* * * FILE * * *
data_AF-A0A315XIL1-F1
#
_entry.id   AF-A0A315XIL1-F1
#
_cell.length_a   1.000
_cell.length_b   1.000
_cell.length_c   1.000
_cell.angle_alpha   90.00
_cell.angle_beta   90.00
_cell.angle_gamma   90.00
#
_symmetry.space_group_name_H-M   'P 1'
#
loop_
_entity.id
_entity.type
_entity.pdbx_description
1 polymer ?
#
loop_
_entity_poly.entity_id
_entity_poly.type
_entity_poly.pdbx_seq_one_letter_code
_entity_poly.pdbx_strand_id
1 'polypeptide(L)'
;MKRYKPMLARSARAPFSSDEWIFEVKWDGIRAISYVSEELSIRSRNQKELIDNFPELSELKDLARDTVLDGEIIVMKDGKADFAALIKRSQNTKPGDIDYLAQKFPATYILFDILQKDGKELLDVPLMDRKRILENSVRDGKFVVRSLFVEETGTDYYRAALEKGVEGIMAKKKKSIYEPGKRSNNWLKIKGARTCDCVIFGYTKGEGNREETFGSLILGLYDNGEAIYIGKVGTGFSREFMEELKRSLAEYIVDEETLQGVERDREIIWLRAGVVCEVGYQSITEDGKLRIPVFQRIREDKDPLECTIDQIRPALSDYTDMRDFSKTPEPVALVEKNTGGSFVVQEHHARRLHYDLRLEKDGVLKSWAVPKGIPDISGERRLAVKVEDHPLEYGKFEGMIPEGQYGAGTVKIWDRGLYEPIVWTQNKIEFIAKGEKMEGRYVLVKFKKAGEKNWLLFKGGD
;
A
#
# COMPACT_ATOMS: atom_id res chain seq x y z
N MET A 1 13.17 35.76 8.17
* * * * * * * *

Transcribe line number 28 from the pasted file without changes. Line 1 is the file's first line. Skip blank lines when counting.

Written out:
A